The prevalence of Female Genital Mutilation (FGM) is reducing in almost all countries in which it is a traditional practice. There are huge variations between countries and communities though, ranging from no change at all to countries and communities where the practice has been more than halved from one generation to the next. Various interventions implemented over the last 30–40 years are believed to have been instrumental in stimulating this reduction, even though in most cases the decrease in prevalence has been slow. This raises questions about the efficacy of interventions to eliminate FGM and an urgent need to channel the limited resources available, where it can make the most difference in the abandonment of FGM. This paper is intended to contribute to the design of more effective interventions by assessing existing knowledge of what works and what does not and discusses some of the most common approaches that have been evaluated: health risk approaches, conversion of excisers, training of health professionals as change agents, alternative rituals, community-led approaches, public statements, and legal measures.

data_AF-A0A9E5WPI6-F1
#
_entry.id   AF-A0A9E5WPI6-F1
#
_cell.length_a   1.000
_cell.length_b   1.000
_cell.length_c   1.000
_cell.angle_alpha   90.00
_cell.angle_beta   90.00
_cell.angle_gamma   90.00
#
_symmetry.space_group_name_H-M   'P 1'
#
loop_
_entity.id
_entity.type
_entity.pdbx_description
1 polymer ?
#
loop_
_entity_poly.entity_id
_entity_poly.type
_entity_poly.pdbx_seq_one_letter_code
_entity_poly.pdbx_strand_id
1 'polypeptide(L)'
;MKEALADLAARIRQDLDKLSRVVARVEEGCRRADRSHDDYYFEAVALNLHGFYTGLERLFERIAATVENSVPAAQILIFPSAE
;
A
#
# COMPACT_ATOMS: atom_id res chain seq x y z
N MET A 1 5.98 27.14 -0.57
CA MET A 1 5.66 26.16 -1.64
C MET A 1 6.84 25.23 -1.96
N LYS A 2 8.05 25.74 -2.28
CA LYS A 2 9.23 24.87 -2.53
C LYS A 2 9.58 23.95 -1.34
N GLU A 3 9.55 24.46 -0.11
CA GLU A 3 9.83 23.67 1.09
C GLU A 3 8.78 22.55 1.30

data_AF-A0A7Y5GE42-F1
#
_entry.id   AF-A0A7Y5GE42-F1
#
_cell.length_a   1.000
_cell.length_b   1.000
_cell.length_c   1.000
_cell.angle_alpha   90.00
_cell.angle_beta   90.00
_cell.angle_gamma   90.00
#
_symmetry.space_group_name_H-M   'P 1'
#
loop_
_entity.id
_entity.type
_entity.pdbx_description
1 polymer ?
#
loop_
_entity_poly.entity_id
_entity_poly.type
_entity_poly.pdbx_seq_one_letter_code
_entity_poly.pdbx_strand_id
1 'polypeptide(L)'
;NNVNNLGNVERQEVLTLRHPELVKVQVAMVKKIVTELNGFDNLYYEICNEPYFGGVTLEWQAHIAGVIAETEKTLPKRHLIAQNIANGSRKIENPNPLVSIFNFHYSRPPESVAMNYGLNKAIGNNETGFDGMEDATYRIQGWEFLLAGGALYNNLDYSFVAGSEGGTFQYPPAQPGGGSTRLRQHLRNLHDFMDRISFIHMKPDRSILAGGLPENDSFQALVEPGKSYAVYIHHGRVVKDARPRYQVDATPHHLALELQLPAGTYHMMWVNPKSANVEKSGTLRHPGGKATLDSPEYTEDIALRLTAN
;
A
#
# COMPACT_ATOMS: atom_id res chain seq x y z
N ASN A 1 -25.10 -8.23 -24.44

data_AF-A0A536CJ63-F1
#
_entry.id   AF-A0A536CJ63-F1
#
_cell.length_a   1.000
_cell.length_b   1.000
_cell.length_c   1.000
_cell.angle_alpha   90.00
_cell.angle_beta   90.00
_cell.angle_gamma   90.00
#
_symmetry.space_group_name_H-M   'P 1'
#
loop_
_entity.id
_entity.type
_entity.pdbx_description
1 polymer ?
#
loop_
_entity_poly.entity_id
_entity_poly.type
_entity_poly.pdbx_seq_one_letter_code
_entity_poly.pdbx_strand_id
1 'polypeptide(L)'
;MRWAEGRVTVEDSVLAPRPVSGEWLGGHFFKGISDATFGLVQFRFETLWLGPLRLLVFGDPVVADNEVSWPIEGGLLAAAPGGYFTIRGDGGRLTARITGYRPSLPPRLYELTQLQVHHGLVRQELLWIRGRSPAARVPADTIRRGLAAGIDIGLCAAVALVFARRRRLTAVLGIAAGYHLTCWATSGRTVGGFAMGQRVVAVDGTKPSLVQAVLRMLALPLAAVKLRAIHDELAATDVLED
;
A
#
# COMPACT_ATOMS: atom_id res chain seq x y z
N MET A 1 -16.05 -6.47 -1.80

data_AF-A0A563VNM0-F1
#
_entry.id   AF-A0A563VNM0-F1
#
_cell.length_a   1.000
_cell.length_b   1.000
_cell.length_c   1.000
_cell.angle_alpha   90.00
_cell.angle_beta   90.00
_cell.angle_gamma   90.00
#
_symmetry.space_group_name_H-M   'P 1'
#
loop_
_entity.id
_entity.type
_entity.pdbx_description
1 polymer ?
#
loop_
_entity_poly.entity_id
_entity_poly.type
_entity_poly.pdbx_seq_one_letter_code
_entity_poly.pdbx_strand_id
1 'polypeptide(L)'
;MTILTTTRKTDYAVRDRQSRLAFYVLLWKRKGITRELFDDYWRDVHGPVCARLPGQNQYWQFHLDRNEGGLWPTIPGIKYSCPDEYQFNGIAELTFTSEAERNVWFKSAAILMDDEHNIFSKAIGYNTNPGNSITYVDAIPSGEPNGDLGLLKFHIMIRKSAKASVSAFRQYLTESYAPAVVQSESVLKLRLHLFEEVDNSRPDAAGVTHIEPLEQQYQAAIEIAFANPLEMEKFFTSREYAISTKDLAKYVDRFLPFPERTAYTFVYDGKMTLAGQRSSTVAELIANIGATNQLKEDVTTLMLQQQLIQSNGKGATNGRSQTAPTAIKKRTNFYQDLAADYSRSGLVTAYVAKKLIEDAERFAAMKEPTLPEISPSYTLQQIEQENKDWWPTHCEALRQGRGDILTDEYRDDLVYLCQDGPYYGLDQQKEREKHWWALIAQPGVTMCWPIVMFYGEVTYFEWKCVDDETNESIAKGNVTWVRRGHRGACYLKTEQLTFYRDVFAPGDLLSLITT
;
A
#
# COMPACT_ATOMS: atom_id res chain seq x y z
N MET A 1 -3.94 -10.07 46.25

This article looks at existing knowledge of which interventions works in reducing Female Genital Mutilation.